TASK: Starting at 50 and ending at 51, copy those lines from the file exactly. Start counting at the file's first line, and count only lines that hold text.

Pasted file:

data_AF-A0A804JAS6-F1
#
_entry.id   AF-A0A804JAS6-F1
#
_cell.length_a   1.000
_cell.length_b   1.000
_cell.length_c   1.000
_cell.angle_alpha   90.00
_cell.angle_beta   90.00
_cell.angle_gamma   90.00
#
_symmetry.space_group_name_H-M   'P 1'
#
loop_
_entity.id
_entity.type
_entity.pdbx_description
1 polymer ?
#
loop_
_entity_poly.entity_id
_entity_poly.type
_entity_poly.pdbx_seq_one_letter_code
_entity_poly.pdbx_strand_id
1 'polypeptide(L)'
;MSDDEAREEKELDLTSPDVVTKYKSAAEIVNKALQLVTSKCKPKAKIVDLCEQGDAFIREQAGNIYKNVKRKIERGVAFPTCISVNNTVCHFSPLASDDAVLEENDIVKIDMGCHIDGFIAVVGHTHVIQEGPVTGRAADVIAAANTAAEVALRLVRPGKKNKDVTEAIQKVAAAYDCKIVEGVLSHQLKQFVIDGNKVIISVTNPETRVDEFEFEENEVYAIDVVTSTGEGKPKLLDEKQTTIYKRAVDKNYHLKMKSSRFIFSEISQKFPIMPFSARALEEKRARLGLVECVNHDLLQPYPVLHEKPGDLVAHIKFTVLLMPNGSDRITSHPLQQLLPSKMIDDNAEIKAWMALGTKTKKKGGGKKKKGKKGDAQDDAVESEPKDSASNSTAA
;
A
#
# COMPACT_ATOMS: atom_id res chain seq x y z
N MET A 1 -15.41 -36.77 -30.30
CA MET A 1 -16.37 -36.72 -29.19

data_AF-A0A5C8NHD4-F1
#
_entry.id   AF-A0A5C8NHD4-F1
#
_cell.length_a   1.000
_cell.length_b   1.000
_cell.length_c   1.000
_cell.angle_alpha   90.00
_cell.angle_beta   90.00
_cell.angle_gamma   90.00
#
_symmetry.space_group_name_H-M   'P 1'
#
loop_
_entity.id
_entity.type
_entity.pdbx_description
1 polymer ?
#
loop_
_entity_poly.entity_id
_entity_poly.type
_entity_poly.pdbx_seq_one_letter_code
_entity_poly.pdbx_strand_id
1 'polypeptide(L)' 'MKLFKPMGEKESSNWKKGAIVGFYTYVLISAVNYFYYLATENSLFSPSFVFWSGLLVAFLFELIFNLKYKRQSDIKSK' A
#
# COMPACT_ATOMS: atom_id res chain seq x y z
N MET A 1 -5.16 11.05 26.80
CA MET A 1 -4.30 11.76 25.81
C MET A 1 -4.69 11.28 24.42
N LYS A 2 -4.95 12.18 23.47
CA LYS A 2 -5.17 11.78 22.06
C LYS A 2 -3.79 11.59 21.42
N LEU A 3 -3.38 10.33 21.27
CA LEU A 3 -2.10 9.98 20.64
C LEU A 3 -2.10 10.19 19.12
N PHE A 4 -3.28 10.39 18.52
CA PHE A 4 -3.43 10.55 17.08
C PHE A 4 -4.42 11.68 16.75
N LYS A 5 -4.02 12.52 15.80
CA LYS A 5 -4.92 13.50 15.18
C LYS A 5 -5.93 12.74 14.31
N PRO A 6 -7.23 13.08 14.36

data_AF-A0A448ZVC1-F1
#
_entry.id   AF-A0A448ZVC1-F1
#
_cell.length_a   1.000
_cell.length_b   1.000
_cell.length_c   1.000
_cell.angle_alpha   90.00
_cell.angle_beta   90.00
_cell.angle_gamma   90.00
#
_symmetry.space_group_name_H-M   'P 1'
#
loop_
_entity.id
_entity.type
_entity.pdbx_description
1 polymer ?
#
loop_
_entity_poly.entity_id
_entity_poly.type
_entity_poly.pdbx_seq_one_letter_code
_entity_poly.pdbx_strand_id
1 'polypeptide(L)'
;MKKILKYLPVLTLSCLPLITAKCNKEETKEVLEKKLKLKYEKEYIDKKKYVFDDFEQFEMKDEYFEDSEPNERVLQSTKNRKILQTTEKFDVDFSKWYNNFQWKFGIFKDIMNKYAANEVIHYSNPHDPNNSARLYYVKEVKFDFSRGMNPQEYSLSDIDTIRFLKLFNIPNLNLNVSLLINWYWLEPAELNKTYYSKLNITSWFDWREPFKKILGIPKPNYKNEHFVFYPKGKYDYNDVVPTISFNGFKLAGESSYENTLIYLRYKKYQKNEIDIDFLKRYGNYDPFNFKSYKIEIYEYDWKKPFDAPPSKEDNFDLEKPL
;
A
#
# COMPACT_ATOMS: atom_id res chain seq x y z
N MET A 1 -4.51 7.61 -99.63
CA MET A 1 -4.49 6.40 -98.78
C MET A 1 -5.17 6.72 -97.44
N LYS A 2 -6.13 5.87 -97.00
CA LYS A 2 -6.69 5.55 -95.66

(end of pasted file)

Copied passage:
1 polymer ?
#